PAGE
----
What do you say to people who ask, "Can I try it?"

  • I live in a populous little town outside of Philly with a lot of foot traffic and often have people approach me if I need to come to a stop for a car passing by or something similar. When I get the question "can I try it?" I usually go with "nah I'm on my way home" but always give them a smile and a shrug and answer any other questions they have about my board before it's clear for me to ride off again. Last night though some kid just wouldn't take no for an answer and telling me "I'm a skater!" and "I have a hover board at home" and "nah just real quick though I just wanna try it quick." Anyway I'm not bitter about the kid or anything I'm just curious what you guys say when you don't want people off the street standing on your $1,500 Onewheel+. What do you say? Are you nice about it? Direct about it? Ignore them and just keep cruisin'?

  • @sam I live also in a small city and only got that question one time since I got my +. I say polite that it was an expensive sport vehicle and that I don't have a good feeling if others ride. And kids I'm saying that the instruction manual says not for kids under 14 years and that's enough if their parents are with them ;)

  • Hard to be rough on youngsters that want to try it out. They obviously have the same desire we do but you have all the risk unfortunately. Unless you know them its just probably not worth it. If they faceplant you could be looking at a lawsuit, or they could crash into someone else and cause damage or injuries theres another lawsuit for you. Or they could just destroy your board in any number of other ways or even just ride off with it and take it if they are older and shady enough. They will just go home and now you have no board or major problems. We all want to provide a cool experience for random kids to have fun but I think the risk probably outweighs the reward unfortunately. When unknown kids are begging to ride I just say the battery is about to die and need to get home. If you let some gawking families kid ride off and cause some big accident would you really expect those parents to take the high road and assume all responsibility. No, you will be screwed for putting yourself out there.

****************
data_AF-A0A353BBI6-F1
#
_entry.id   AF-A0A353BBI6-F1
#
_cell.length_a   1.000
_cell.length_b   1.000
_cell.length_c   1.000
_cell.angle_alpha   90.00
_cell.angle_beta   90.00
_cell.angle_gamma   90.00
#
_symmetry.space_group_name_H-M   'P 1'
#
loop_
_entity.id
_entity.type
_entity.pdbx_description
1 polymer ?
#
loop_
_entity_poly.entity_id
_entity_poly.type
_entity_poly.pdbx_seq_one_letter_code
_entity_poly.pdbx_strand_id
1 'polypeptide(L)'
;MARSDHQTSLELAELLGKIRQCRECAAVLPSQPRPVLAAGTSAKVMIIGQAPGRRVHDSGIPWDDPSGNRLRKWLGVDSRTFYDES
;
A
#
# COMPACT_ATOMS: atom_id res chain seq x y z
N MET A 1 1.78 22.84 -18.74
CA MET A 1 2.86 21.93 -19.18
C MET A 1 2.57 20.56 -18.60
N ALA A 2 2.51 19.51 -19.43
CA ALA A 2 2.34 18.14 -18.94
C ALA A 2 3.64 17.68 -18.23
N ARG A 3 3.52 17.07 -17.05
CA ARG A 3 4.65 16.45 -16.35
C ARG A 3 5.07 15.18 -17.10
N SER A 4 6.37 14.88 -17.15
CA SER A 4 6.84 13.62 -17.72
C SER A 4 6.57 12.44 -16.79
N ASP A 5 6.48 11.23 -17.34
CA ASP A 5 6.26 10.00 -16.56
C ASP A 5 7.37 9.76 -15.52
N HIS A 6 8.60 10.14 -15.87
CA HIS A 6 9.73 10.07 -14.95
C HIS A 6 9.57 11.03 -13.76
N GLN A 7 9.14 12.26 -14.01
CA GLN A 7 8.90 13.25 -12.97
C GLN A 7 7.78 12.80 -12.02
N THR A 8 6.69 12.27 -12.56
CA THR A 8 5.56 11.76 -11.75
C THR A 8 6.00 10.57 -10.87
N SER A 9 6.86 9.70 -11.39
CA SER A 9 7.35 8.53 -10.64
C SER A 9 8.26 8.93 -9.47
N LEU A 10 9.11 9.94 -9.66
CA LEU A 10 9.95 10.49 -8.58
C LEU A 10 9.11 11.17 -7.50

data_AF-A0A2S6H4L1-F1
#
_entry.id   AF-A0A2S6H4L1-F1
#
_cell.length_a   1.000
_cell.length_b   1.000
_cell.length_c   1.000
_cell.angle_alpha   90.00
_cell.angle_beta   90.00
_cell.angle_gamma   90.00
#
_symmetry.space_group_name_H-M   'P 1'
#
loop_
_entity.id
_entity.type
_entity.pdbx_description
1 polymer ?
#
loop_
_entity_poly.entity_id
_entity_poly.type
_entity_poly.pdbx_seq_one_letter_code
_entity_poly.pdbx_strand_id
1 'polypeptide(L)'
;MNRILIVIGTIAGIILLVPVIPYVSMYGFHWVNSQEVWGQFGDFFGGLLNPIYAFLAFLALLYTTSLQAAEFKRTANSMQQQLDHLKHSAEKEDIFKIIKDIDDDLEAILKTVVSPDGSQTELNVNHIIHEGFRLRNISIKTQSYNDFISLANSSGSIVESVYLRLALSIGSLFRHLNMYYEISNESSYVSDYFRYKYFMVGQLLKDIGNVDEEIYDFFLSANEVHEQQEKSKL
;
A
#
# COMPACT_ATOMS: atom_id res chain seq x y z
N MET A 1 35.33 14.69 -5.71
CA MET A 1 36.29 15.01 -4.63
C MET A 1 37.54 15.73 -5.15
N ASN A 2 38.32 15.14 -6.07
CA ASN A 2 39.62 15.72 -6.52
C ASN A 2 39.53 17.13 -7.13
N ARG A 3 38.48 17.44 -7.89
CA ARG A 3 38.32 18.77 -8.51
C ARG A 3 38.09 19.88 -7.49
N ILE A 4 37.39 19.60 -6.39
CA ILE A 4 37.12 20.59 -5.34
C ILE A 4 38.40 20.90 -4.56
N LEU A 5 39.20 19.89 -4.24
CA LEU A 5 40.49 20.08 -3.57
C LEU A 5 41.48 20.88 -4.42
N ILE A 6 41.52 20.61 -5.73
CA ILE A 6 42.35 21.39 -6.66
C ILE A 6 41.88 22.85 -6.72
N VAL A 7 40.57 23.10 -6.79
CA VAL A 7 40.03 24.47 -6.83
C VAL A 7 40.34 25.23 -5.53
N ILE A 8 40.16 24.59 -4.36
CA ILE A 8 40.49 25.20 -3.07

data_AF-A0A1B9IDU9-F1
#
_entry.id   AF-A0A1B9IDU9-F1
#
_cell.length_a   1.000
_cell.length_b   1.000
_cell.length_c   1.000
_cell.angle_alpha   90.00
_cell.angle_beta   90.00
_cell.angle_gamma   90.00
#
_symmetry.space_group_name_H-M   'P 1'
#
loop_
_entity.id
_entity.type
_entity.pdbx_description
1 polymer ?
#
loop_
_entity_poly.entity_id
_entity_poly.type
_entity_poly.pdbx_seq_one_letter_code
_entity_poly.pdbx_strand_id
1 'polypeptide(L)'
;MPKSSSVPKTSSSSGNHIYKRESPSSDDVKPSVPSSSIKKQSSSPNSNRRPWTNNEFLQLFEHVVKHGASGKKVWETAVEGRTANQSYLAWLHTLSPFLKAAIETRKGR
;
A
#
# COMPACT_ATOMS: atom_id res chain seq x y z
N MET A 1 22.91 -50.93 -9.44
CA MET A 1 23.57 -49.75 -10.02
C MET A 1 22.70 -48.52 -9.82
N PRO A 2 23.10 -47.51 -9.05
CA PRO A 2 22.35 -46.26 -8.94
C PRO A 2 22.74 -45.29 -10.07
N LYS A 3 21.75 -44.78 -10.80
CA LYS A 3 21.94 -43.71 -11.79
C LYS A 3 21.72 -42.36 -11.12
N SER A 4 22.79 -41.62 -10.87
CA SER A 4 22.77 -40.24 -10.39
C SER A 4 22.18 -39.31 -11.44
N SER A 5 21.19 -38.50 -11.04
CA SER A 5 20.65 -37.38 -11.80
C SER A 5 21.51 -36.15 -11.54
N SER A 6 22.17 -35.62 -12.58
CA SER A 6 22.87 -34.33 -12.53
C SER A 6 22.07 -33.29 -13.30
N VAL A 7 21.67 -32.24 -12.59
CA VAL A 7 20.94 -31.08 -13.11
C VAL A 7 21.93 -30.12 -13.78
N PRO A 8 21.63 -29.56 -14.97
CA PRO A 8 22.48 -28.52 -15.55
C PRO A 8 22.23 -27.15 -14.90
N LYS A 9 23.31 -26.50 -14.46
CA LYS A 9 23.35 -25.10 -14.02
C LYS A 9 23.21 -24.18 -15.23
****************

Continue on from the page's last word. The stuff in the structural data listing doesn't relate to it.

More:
• I almost always say yes. A bit of a risk assessment is required, so we might shift to the grass or I would initially hold their hand. I tell them to jump off with both feet if they are going to fall, the one foot on / one foot off crashes are the worst.
    Fortunately, I live in a country which has more of a culture of personal responsibility than the US where you don't get sued if someone else makes an error of judgement.
    Most kids are amazing, they pick it up so quickly and tumbles on grass don't hurt. Their riding privileges get quickly taken away if they start being stupid.

  • @sam I usually say sorry, I'd let you ride it but the battery is about to die (not really but they accept that excuse a lot better than telling them I'm just not going to let them ride it).

  • as a rule of thumb, I never let anyone ride it who would have the nerve to ask if they can try it and I usually tell them exactly that. I say "do you know who I let try this thing? People who would never even THINK of asking". That being said, I've let plenty of people try it, (those who would never ask).